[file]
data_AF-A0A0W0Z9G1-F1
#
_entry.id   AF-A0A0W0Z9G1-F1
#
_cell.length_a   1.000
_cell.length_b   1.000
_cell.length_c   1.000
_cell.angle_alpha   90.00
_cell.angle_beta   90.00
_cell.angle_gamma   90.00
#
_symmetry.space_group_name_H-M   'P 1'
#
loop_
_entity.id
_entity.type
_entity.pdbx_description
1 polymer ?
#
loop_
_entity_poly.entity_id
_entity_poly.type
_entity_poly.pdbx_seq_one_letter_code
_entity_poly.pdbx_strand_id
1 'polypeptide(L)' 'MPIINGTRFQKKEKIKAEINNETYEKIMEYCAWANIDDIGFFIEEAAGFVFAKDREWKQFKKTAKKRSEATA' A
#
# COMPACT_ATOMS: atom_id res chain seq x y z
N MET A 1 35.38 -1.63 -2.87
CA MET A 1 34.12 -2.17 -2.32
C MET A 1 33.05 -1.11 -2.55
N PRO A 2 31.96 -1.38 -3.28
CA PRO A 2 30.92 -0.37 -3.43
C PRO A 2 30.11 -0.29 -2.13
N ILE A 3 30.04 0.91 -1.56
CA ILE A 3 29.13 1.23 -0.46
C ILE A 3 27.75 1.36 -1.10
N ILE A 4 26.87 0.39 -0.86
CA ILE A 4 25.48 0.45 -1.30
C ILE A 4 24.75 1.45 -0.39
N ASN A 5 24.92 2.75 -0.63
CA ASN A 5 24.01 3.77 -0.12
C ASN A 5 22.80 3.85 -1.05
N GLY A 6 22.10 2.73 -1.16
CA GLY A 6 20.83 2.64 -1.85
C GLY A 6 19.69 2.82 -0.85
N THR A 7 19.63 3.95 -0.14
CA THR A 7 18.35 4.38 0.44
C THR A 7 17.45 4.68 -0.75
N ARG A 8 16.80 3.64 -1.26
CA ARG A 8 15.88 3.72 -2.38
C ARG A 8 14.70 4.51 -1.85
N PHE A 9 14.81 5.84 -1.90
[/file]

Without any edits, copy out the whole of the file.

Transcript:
data_AF-A0A0W0Z9G1-F1
#
_entry.id   AF-A0A0W0Z9G1-F1
#
_cell.length_a   1.000
_cell.length_b   1.000
_cell.length_c   1.000
_cell.angle_alpha   90.00
_cell.angle_beta   90.00
_cell.angle_gamma   90.00
#
_symmetry.space_group_name_H-M   'P 1'
#
loop_
_entity.id
_entity.type
_entity.pdbx_description
1 polymer ?
#
loop_
_entity_poly.entity_id
_entity_poly.type
_entity_poly.pdbx_seq_one_letter_code
_entity_poly.pdbx_strand_id
1 'polypeptide(L)' 'MPIINGTRFQKKEKIKAEINNETYEKIMEYCAWANIDDIGFFIEEAAGFVFAKDREWKQFKKTAKKRSEATA' A
#
# COMPACT_ATOMS: atom_id res chain seq x y z
N MET A 1 35.38 -1.63 -2.87
CA MET A 1 34.12 -2.17 -2.32
C MET A 1 33.05 -1.11 -2.55
N PRO A 2 31.96 -1.38 -3.28
CA PRO A 2 30.92 -0.37 -3.43
C PRO A 2 30.11 -0.29 -2.13
N ILE A 3 30.04 0.91 -1.56
CA ILE A 3 29.13 1.23 -0.46
C ILE A 3 27.75 1.36 -1.10
N ILE A 4 26.87 0.39 -0.86
CA ILE A 4 25.48 0.45 -1.30
C ILE A 4 24.75 1.45 -0.39
N ASN A 5 24.92 2.75 -0.63
CA ASN A 5 24.01 3.77 -0.12
C ASN A 5 22.80 3.85 -1.05
N GLY A 6 22.10 2.73 -1.16
CA GLY A 6 20.83 2.64 -1.85
C GLY A 6 19.69 2.82 -0.85
N THR A 7 19.63 3.95 -0.14
CA THR A 7 18.35 4.38 0.44
C THR A 7 17.45 4.68 -0.75
N ARG A 8 16.80 3.64 -1.26
CA ARG A 8 15.88 3.72 -2.38
C ARG A 8 14.70 4.51 -1.85
N PHE A 9 14.81 5.84 -1.90